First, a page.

(One reasonable objection that I’ve heard to this program is that, with getting the food handed out and the kids eating and then cleaning up and getting the kids to all sit down again, it can end up taking a significant amount of classroom time. But I’m not sure how to fix that problem, since the classroom time isn’t as useful if the kids haven’t eaten.)

  9. Drahill
    Drahill August 22, 2012 at 6:32 pm |

    Oh, this doesn’t surprise me. I remember a little while back, Bloomberg also supported a proposed city rule that would have required homeless shelters to turn away food donations that had excessive amounts of fat or sodium. Which made no sense, given that…well, wouldn’t one think that the homeless 1.) would be happy for anything they can get and 2.) perhaps the homeless have more pressing issues to overcome than obesity?

  10. GinnyC
    GinnyC August 22, 2012 at 7:14 pm |

    Ruchama at 8 said

    I looked at the breakfast menus the last time this issue came up. They’re set city-wide. It’s generally either a muffin or a bagel, a stick of string cheese, and a piece of fruit. I think a little carton of milk also comes with it, and if the kids get to pick which milk they want, they’ll usually pick the chocolate milk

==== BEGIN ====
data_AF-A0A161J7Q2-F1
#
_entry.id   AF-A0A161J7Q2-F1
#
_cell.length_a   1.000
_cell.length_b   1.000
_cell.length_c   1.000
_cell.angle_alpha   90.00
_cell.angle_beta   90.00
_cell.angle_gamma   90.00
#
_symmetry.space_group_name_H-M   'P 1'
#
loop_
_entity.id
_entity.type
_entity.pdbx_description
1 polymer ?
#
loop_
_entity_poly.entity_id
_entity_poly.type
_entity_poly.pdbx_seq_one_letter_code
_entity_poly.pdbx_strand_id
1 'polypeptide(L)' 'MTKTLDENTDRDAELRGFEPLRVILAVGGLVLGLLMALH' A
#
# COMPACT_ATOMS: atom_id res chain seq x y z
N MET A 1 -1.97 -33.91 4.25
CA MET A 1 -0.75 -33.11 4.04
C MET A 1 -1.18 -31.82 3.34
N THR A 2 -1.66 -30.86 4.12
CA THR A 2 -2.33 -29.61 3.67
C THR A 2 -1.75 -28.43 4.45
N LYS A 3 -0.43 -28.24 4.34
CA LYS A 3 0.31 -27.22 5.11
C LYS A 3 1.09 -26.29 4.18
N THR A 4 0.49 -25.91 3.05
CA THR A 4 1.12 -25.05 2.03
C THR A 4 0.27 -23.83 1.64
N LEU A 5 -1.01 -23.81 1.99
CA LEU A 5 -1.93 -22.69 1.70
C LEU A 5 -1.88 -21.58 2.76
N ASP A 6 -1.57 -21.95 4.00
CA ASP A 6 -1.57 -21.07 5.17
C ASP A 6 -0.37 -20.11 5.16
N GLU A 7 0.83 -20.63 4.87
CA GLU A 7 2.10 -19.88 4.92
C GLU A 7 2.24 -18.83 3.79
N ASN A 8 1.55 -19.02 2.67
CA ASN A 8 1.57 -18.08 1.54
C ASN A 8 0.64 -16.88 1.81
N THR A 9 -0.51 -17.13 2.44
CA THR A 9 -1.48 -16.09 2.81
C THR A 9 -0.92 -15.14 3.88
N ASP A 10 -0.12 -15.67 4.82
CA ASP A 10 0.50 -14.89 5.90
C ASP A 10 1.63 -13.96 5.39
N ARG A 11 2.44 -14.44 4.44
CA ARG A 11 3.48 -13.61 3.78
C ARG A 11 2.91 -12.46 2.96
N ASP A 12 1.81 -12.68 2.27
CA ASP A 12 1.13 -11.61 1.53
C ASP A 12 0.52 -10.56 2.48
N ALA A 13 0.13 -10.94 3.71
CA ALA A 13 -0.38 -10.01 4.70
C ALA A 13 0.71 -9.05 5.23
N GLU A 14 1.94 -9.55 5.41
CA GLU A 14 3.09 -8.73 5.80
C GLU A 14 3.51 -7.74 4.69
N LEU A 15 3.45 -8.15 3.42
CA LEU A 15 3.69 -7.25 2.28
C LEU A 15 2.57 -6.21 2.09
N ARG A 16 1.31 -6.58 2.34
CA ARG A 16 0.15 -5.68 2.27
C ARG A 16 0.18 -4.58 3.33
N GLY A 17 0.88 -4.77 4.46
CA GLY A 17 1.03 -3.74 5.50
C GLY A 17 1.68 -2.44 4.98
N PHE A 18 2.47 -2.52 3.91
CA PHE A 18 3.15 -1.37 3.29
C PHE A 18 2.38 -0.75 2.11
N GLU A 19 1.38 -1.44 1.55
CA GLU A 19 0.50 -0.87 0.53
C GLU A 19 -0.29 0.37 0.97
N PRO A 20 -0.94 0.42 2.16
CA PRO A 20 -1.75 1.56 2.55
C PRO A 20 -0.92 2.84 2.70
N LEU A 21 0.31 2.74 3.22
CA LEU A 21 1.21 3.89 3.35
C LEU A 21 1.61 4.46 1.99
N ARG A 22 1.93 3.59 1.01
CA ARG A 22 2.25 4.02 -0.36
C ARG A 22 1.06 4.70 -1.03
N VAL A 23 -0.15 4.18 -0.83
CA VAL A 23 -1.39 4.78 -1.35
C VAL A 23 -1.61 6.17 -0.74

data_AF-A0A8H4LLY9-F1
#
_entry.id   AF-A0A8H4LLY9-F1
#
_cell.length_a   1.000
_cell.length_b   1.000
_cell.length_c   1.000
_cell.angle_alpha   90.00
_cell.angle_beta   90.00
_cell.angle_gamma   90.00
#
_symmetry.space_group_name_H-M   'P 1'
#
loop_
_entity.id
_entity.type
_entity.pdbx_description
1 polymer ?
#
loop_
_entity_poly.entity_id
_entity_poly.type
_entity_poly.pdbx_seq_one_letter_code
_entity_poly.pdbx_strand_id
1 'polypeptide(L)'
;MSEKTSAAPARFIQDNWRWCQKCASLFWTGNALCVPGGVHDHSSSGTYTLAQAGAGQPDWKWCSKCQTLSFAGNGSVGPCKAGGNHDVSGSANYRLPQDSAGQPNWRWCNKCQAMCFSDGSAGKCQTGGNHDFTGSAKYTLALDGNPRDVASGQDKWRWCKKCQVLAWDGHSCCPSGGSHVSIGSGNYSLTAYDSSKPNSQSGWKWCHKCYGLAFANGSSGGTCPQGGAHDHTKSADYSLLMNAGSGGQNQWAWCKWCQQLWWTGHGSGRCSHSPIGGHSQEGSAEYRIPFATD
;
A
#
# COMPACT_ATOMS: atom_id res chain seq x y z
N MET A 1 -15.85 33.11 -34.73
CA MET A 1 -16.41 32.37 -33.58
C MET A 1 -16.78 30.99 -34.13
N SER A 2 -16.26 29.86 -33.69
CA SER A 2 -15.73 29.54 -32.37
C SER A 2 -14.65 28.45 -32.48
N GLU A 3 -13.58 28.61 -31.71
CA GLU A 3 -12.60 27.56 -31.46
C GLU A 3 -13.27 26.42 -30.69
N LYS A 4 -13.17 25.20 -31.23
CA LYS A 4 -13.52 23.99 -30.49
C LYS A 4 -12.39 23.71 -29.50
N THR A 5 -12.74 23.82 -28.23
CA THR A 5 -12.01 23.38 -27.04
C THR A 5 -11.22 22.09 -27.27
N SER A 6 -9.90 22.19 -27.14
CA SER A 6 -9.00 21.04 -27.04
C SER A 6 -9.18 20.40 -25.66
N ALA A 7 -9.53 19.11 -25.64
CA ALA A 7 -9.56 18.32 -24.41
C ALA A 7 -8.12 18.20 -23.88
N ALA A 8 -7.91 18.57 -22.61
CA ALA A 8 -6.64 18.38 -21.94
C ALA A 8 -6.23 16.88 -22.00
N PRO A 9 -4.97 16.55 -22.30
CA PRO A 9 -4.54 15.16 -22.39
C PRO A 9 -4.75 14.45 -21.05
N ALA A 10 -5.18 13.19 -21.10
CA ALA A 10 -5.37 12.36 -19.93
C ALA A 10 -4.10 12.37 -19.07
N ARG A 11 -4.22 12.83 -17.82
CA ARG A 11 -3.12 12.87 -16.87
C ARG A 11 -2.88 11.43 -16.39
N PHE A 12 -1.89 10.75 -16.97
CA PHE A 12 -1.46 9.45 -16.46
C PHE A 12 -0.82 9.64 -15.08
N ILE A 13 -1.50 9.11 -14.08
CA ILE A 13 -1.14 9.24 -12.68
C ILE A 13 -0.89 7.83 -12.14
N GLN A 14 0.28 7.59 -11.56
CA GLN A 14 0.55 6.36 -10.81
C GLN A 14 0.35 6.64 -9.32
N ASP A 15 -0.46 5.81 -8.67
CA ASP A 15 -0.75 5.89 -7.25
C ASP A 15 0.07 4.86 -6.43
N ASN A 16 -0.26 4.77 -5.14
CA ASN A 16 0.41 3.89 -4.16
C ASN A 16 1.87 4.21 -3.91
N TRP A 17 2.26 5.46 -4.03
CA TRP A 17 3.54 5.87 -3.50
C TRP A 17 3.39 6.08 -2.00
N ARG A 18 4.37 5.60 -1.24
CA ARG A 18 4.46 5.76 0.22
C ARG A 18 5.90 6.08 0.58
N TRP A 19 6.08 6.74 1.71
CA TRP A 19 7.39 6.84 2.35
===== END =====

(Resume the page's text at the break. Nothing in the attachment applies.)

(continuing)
That’s kind of bad, actually. I wish that they would have more breakfast options that don’t involve milk! I would have eaten nothing but the fruit and maybe the bagel as a kid.

    Possible trigger warning for talking about disordered eating…..

    I’m sure that some of my disordered eating (which is finally getting better in the past few years) came from getting used to skipping meals in school because I didn’t like milk. I often didn’t like the food too, but it is really hard to eat when you have nothing to drink. At best, they might give us a little carton of juice that was smaller than the milk cartons. I got used to feeling hungry and considered it a more pleasant feeling than eating much of the school lunches. It took me years in college to retrain my body to notice hunger properly. Now that I’m an adult, it turns out I can’t have milk products at all, so maybe that’s related to why I hated it as a kid.

    Somehow I thought that school food in NYC would be easier on people with food allergies, intolerances, or aversions.

  11. zuzu
    zuzu August 22, 2012 at 7:23 pm |